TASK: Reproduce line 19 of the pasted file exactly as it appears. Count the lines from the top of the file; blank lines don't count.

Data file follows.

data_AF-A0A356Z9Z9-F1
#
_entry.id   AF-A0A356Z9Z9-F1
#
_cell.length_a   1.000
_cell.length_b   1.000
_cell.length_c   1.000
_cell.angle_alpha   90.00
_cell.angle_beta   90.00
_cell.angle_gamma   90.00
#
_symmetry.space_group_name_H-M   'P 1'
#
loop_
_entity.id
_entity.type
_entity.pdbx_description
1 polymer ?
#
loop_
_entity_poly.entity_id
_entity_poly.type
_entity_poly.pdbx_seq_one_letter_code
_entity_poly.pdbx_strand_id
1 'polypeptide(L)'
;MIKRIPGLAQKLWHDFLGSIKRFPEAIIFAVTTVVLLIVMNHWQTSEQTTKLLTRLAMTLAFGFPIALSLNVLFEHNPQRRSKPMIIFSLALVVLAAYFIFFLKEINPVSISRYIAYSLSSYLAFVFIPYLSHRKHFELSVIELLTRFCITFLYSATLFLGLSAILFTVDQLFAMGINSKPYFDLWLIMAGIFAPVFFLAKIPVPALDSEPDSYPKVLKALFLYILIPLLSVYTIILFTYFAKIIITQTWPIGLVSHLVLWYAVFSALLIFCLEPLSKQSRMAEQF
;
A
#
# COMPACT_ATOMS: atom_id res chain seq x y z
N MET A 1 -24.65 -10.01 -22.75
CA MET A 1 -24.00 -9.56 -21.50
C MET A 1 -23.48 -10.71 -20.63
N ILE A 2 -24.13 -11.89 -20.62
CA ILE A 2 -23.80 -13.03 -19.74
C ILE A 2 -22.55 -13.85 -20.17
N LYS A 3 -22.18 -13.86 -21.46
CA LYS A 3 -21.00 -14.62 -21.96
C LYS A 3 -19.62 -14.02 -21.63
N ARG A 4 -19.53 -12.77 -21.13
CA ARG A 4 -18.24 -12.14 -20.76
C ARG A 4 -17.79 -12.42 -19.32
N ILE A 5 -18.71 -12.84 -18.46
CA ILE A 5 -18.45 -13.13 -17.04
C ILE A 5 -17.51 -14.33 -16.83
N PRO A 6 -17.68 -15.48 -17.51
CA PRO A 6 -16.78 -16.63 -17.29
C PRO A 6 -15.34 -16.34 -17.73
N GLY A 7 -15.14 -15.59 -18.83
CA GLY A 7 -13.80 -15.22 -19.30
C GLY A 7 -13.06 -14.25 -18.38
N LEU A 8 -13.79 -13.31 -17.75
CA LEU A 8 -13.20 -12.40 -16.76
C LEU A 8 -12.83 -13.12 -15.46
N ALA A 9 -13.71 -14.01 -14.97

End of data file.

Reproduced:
#